Genealogists will often grapple with the issue of how to display, in a correct and easy-to-follow way, their family history.  There are various computer programmes available, but few with the flexibility of a hand-drawn pedigree, where multiple spouses can be added easily, and generations expanded without a problem.

    If this sounds familiar, then a course run by our sister organisation the IHGS, may be for you. Running on Saturday 8th October, this day course provides everything you need to know about creating a family tree diagram in Powerpoint format, from creation, standard pedigree abbreviations, to printing the final product.  For more information, click here to find out more and book a place.

  6. Spring clean your family history

    Today at our headquarters in Kent the sun is streaming in!  So why not be inspired by the good weather to dust off your family history files, and have another crack at those “brick walls”?

    Sometimes sitting tight on research and taking stock before revisiting it at a later time can work wonders.  Those ancestors which were so elusive may come out of the cracks, perhaps with an inspired guess at a surname variant a clergyman or transcriber may have inadvertently used, for example.

    Alternatively, if those brick walls are proving hard to bring down, contact us today for a one-to-one chat with a genealogist.

  7. Place of abode? “here”

    Pre-printed baptism and burial registers were introduced after George Rose’s Act of 1812.  This meant that standardised information was given, whereas before it was up to the officiating clergyman how much, or little, he gave within the parish registers.

    One of the pieces of information asked for in parish registers after 1812, in both baptism and burial records, was for the “abode”, or address, of where the person in question lived.  In cities a specific street may be given, although often in more rural areas, just the name of the parish might be stated.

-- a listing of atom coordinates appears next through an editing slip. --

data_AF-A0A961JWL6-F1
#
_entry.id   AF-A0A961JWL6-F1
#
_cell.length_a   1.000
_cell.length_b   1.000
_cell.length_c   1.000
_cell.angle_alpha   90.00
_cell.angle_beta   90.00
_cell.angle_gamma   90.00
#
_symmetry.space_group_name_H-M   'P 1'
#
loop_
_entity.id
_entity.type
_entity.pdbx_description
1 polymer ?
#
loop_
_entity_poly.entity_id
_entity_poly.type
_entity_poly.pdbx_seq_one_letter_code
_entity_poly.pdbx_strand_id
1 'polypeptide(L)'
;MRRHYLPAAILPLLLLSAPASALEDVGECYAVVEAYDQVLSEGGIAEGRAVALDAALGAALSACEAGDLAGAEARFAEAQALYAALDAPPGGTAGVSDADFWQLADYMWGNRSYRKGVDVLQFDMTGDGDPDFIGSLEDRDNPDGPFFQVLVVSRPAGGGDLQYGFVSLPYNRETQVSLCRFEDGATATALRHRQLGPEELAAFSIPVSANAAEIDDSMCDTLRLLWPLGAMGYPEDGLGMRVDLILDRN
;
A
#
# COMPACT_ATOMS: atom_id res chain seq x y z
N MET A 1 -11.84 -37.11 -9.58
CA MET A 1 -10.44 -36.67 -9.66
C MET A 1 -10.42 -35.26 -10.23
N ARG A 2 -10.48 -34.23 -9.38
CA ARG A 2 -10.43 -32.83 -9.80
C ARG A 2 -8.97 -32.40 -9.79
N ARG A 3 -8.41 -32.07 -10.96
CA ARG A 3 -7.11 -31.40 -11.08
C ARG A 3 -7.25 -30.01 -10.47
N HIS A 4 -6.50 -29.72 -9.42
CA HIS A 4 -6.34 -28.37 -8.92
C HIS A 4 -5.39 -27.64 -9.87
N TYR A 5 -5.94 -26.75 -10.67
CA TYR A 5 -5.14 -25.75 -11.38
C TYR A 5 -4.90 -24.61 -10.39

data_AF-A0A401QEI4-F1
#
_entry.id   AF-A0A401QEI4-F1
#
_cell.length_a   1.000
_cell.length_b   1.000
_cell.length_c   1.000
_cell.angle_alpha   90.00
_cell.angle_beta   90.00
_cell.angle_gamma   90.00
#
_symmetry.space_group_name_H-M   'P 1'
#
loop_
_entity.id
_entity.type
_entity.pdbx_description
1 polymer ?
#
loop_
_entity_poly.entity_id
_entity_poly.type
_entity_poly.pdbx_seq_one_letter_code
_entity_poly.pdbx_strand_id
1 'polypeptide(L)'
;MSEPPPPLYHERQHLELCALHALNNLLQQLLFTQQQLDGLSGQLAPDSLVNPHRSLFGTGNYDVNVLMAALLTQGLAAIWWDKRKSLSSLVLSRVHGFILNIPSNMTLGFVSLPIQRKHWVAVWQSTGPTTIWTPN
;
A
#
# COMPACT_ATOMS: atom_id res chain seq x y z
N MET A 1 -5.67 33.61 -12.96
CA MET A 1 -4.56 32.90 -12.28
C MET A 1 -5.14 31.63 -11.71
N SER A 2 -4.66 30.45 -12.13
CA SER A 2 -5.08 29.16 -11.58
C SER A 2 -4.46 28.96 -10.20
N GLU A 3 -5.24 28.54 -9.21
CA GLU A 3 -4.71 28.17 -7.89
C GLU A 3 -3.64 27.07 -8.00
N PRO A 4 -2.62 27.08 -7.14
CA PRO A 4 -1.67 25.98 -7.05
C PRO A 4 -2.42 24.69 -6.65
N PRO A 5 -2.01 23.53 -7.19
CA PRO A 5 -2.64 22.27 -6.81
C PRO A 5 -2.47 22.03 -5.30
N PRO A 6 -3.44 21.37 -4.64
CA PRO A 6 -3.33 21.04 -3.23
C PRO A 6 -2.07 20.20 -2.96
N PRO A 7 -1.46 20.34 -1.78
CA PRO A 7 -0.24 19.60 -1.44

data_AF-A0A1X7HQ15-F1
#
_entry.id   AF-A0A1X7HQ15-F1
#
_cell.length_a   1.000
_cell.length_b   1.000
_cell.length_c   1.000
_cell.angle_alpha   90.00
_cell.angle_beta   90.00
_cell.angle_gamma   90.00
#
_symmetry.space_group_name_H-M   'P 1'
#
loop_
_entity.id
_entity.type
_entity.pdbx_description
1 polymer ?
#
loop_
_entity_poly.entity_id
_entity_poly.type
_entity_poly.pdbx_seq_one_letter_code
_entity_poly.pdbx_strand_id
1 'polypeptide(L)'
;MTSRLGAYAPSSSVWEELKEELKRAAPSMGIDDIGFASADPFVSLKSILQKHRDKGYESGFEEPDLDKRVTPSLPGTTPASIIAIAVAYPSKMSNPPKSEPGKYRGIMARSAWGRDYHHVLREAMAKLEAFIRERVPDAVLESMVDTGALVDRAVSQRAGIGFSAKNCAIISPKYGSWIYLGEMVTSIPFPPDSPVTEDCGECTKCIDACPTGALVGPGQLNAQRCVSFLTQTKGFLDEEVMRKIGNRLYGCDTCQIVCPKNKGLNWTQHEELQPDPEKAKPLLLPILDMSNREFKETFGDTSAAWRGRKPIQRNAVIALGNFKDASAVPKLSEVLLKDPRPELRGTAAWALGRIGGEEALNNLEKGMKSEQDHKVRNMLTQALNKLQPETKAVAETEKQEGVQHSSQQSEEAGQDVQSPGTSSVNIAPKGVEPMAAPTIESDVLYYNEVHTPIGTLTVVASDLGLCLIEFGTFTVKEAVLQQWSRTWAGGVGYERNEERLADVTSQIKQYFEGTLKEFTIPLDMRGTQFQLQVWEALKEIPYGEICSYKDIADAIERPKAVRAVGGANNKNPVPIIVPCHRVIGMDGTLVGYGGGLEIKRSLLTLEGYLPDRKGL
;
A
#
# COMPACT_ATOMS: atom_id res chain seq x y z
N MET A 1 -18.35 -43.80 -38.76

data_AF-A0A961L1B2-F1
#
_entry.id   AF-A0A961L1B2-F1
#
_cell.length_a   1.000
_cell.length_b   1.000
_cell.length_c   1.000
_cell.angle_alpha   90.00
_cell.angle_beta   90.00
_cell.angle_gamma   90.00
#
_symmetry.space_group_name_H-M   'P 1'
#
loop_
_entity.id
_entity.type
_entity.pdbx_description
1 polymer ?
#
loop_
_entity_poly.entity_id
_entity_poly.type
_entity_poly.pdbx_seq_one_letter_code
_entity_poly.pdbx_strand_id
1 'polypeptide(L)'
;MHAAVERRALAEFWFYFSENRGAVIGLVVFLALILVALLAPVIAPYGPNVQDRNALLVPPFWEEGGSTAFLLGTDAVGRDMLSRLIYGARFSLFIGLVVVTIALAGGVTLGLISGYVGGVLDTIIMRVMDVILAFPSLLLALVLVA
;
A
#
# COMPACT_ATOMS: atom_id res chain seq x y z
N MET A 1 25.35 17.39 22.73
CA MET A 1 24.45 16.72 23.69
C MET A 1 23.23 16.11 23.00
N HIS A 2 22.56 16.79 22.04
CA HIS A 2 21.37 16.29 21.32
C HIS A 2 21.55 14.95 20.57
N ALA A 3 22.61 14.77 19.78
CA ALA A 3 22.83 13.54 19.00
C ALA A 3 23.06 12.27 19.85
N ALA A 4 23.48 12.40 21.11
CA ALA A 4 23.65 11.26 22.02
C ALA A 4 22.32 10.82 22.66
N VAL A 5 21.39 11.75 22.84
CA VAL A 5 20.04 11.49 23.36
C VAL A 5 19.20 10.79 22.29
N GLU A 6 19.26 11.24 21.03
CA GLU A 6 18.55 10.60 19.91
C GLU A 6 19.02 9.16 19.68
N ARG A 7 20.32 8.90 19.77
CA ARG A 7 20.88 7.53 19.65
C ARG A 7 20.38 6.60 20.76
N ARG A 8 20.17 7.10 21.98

In one case, our genealogists were looking at burials in the village of Sawbridgeworth, in Hertfordshire.  For place of abode, “here” was stated for most entries.  This was a rural parish, clearly with very few outsiders, who presumably would have been from over “there”!

    Sawbridgeworth burial register

  8. Family history . . . . of a piano?

    Last week genealogist Liz Yule obtained a piano.  One was going spare and it seemed like a good idea.  As a historian, of course, the first question is how old is it?  Followed by where did it come from?  Apparently it was around 60 years old.  But why not find out more?!

    The maker is one “C H Wood and Co, Hollinwood”.  So a piano from Manchester then. Research then revealed that C H Wood was one Charles Henry Wood, who died relatively young in 1901.  His daughter continued the business alongside family member John Bainbridge, but kept the name C H Wood.  When Charles died he left an estate worth around £2000: fifty years later at the death of John Bainbridge, he left over £100,000.  The piano business clearly served the Wood family well, and it is clear Liz’s piano was built under the tenure of John Bainbridge.

    And the future of the piano business?  On John’s death his two sons were working as a solicitor and a chemist respectively, so it appears that the business possibly died with him.

  9. Festive surnames

    Genealogist Liz Yule is used to festive jokes about her surname, but Yule is just one of a number of seasonal surnames that exist.  Christmas is of course the most festive example, particularly when coupled with the forename Mary.  But how about Bell, White or Snow?  Or those representing festive blooms, such as Ivy.

    Forenames can also be festive.  Our searchers have found two births registered with the forename Mistletoe, for example: Mistletoe Ellis was born in 1906 in Hampshire, whilst Mistletoe Spencer was born in 1910 in Doncaster.

    If you have festive or unusual names in your family tree, why not contact us to find out about researching your ancestry.